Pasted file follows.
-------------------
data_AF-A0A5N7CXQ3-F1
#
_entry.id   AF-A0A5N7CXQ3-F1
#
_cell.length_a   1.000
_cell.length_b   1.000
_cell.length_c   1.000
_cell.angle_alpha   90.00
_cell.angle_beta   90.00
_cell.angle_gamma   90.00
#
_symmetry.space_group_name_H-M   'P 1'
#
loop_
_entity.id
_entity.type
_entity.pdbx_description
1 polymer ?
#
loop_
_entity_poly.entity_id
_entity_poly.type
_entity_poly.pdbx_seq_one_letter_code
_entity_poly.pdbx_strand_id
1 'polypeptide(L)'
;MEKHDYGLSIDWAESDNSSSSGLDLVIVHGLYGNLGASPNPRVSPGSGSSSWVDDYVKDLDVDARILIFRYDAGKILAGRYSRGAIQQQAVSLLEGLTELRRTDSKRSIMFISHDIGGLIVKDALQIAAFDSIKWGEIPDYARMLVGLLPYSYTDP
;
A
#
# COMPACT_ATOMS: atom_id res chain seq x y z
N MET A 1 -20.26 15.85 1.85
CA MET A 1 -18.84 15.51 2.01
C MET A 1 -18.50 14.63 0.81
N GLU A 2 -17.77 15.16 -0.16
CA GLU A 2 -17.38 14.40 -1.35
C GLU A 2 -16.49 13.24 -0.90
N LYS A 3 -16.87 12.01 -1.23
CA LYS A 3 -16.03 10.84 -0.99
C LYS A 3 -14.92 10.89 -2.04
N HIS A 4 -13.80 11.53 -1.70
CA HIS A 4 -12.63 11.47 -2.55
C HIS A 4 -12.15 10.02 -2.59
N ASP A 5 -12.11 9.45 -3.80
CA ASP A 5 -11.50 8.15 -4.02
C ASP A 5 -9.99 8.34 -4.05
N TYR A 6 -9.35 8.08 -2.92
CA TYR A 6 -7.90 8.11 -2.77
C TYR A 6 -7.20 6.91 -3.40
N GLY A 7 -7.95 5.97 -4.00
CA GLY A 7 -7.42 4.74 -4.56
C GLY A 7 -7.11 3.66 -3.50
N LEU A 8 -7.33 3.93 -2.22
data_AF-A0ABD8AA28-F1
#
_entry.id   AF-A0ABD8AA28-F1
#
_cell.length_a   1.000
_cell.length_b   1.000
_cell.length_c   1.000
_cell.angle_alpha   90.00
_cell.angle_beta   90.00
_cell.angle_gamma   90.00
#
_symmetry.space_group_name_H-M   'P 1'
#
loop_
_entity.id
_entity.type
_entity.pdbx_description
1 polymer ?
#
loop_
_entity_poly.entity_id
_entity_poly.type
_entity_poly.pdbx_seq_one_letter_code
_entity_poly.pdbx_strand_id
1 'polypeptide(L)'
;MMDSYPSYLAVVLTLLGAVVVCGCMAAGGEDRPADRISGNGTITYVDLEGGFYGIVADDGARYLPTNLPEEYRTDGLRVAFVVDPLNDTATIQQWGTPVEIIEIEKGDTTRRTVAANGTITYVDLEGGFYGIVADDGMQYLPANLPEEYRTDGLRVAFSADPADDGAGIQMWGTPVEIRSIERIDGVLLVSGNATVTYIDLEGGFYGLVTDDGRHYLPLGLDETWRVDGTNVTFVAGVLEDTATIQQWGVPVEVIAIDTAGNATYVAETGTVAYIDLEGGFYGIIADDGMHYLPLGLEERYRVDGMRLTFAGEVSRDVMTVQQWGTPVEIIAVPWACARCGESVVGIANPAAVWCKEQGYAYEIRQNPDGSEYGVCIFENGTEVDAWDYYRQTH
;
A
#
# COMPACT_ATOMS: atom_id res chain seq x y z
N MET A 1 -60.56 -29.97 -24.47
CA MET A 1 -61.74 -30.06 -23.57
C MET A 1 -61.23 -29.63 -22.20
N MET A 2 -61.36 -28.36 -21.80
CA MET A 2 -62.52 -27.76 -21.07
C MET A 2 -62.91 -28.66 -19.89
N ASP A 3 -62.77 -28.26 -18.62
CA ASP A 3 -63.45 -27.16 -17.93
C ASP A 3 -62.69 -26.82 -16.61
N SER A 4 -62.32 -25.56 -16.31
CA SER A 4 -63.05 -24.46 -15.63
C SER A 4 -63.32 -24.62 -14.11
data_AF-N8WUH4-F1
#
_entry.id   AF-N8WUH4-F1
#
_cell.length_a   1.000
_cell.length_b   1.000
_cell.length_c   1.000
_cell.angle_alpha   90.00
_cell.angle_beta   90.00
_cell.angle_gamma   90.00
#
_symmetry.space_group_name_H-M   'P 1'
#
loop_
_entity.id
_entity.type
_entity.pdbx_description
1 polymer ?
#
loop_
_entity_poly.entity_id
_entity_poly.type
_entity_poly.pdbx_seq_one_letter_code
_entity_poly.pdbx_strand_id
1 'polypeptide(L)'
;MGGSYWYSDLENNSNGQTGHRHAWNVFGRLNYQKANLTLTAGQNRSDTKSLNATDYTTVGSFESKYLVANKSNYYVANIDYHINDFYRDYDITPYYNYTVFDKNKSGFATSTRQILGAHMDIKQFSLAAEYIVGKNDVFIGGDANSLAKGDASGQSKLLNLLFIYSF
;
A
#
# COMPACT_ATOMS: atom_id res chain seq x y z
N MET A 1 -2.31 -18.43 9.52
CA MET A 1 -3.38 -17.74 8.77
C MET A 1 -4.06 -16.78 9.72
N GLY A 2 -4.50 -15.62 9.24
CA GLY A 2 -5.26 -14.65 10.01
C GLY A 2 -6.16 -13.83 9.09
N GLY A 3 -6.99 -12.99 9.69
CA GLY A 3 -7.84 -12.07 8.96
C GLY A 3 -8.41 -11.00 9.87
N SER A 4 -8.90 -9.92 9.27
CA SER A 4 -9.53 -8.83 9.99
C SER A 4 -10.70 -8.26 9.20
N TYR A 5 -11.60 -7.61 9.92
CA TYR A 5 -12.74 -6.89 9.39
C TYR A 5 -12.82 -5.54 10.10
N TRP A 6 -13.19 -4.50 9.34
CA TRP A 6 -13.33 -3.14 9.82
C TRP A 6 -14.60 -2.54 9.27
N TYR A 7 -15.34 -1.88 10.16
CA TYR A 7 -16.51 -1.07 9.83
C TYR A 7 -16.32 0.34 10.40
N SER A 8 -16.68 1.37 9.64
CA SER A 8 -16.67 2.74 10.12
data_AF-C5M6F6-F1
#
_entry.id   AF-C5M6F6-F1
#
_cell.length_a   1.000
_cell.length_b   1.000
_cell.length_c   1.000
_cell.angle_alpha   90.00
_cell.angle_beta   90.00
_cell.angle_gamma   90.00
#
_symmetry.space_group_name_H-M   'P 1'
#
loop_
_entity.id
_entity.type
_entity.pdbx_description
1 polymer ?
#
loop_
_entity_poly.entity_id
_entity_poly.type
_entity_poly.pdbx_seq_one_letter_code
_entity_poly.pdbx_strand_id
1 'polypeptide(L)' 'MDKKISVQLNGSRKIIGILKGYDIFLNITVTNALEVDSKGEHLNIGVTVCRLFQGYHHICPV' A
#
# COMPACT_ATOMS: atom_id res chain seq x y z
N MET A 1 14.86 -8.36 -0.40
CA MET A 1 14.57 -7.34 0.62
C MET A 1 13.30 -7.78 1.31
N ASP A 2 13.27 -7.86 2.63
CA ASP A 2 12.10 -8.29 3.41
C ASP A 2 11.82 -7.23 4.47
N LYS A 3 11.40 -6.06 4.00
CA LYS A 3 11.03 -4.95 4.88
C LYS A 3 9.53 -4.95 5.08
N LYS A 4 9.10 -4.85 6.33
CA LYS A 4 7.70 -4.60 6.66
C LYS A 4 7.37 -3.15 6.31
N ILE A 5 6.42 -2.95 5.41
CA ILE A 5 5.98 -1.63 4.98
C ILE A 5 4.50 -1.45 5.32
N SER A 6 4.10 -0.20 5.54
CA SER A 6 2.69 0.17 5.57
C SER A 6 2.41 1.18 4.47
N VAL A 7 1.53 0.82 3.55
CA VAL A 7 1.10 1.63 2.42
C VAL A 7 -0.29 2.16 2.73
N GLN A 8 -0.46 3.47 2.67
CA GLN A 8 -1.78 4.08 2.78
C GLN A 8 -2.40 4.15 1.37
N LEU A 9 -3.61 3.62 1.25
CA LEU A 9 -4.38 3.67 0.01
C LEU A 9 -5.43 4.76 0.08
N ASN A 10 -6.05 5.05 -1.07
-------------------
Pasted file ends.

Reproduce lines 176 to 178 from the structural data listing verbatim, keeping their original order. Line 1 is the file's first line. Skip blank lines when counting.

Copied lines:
CA MET A 1 14.57 -7.34 0.62
C MET A 1 13.30 -7.78 1.31
N ASP A 2 13.27 -7.86 2.63